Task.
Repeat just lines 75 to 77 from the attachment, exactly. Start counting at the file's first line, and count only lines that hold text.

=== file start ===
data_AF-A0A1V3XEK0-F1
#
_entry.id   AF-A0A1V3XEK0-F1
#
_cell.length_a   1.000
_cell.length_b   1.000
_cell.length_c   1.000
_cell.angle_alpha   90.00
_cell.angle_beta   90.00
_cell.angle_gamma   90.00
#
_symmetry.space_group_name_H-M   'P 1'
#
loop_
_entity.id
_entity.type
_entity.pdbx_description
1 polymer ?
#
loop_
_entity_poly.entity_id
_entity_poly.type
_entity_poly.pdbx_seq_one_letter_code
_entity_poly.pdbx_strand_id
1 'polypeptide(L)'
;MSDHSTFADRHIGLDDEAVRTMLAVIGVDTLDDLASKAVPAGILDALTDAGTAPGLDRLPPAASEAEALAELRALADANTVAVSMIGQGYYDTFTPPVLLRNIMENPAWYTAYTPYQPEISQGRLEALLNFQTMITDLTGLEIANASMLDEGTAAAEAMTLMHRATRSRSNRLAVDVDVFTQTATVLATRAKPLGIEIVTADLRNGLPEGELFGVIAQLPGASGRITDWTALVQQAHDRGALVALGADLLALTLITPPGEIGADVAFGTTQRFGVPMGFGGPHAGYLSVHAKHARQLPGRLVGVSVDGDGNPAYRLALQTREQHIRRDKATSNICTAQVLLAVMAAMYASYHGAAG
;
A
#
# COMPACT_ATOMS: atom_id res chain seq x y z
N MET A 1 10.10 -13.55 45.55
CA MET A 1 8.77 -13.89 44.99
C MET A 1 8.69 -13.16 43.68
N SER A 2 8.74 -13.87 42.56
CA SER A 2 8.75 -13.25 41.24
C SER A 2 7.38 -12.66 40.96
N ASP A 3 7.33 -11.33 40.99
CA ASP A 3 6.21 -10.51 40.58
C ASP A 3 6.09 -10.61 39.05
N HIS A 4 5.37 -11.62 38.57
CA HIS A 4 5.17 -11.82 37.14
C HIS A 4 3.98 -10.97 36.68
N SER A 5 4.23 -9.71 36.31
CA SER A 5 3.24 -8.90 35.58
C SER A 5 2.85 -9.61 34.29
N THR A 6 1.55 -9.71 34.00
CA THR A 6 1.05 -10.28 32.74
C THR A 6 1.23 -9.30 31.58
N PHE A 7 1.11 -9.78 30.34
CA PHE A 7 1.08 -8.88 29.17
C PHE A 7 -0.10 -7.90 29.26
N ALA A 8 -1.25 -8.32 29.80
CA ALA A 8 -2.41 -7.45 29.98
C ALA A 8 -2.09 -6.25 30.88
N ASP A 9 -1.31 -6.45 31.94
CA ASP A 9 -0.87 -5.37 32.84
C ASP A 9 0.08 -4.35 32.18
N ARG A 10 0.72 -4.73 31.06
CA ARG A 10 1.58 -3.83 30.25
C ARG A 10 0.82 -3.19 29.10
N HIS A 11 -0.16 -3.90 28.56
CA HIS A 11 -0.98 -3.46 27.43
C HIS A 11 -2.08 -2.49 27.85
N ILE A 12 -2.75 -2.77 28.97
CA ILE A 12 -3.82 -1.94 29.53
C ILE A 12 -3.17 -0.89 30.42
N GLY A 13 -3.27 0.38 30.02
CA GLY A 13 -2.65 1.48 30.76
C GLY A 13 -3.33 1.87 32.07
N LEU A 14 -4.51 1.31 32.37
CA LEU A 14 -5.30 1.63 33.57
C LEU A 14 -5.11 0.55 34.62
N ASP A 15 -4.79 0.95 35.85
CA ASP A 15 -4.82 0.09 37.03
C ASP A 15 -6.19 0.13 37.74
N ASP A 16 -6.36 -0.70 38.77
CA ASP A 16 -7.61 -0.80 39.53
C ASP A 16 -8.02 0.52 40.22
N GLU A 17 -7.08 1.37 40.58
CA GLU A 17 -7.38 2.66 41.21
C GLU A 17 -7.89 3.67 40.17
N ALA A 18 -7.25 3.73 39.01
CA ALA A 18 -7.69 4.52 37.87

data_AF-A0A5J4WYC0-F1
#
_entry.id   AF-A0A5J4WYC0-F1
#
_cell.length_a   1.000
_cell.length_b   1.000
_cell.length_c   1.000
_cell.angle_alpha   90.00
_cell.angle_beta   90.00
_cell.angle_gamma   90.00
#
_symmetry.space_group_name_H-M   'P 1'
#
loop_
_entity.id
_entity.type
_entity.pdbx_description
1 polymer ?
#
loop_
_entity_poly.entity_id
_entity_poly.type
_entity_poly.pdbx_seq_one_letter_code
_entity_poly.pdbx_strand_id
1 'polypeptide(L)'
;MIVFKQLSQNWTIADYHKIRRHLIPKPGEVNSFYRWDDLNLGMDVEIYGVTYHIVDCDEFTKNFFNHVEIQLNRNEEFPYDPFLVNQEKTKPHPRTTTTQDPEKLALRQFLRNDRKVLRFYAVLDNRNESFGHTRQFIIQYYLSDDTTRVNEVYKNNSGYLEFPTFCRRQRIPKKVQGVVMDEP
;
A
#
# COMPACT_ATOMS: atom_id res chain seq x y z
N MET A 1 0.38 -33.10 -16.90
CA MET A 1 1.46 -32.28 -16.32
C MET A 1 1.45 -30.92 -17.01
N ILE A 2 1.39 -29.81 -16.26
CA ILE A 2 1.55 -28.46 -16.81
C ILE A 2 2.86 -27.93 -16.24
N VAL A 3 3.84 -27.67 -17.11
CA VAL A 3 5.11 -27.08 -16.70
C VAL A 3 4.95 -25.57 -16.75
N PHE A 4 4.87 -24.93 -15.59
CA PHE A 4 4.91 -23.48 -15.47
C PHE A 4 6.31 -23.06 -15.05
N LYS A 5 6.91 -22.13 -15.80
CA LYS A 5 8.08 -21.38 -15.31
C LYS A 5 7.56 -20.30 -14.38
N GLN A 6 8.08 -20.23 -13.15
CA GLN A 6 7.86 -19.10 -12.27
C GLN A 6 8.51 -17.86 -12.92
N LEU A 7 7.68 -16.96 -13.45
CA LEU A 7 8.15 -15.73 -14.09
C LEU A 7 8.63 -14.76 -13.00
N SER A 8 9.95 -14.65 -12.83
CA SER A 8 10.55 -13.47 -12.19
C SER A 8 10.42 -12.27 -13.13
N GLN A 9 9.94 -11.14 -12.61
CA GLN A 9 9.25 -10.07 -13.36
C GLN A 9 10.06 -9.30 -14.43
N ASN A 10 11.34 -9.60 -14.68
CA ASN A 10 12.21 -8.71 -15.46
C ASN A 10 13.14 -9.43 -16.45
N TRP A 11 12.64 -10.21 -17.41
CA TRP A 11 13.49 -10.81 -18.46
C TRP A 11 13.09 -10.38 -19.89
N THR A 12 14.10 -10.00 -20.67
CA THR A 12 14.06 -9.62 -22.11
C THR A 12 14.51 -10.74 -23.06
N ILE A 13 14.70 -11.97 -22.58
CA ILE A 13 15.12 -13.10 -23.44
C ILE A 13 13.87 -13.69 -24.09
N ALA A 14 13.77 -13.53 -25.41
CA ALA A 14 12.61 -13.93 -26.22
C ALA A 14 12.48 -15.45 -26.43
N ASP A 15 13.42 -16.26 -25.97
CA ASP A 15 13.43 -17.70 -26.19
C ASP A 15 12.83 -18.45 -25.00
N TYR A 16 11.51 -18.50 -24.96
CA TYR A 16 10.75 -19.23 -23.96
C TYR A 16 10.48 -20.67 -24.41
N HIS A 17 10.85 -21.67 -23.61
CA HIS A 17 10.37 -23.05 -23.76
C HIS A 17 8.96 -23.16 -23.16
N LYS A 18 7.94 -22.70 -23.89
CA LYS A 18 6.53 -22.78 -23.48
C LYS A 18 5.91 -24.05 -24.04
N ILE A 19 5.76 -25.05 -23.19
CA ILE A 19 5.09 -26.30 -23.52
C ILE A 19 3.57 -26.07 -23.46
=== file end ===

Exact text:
C ASP A 15 -6.19 0.13 37.74
N ASP A 16 -6.36 -0.70 38.77
CA ASP A 16 -7.61 -0.80 39.53